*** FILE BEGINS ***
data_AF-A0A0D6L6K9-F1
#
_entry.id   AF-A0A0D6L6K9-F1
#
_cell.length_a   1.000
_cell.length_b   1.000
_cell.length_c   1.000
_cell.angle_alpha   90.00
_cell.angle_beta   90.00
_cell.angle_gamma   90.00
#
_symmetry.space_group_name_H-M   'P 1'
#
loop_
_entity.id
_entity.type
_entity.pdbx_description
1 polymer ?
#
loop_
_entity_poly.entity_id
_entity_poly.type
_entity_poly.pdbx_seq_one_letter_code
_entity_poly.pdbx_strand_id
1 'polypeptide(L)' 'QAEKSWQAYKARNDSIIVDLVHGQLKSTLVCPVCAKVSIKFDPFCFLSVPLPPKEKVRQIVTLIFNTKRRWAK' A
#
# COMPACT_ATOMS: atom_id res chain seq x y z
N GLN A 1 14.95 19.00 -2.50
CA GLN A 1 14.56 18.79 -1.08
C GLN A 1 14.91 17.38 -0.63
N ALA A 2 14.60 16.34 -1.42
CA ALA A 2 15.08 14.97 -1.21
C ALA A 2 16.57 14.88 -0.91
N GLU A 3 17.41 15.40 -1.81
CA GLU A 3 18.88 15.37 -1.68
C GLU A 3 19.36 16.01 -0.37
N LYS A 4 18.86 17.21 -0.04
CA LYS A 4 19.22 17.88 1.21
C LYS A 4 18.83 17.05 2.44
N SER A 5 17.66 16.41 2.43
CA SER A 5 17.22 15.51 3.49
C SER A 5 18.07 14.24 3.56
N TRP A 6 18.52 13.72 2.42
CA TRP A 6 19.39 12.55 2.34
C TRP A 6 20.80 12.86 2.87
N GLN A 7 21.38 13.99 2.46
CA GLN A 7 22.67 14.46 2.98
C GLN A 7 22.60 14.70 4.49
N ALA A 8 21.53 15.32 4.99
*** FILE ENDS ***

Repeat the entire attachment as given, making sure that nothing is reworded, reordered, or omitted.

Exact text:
data_AF-A0A0D6L6K9-F1
#
_entry.id   AF-A0A0D6L6K9-F1
#
_cell.length_a   1.000
_cell.length_b   1.000
_cell.length_c   1.000
_cell.angle_alpha   90.00
_cell.angle_beta   90.00
_cell.angle_gamma   90.00
#
_symmetry.space_group_name_H-M   'P 1'
#
loop_
_entity.id
_entity.type
_entity.pdbx_description
1 polymer ?
#
loop_
_entity_poly.entity_id
_entity_poly.type
_entity_poly.pdbx_seq_one_letter_code
_entity_poly.pdbx_strand_id
1 'polypeptide(L)' 'QAEKSWQAYKARNDSIIVDLVHGQLKSTLVCPVCAKVSIKFDPFCFLSVPLPPKEKVRQIVTLIFNTKRRWAK' A
#
# COMPACT_ATOMS: atom_id res chain seq x y z
N GLN A 1 14.95 19.00 -2.50
CA GLN A 1 14.56 18.79 -1.08
C GLN A 1 14.91 17.38 -0.63
N ALA A 2 14.60 16.34 -1.42
CA ALA A 2 15.08 14.97 -1.21
C ALA A 2 16.57 14.88 -0.91
N GLU A 3 17.41 15.40 -1.81
CA GLU A 3 18.88 15.37 -1.68
C GLU A 3 19.36 16.01 -0.37
N LYS A 4 18.86 17.21 -0.04
CA LYS A 4 19.22 17.88 1.21
C LYS A 4 18.83 17.05 2.44
N SER A 5 17.66 16.41 2.43
CA SER A 5 17.22 15.51 3.49
C SER A 5 18.07 14.24 3.56
N TRP A 6 18.52 13.72 2.42
CA TRP A 6 19.39 12.55 2.34
C TRP A 6 20.80 12.86 2.87
N GLN A 7 21.38 13.99 2.46
CA GLN A 7 22.67 14.46 2.98
C GLN A 7 22.60 14.70 4.49
N ALA A 8 21.53 15.32 4.99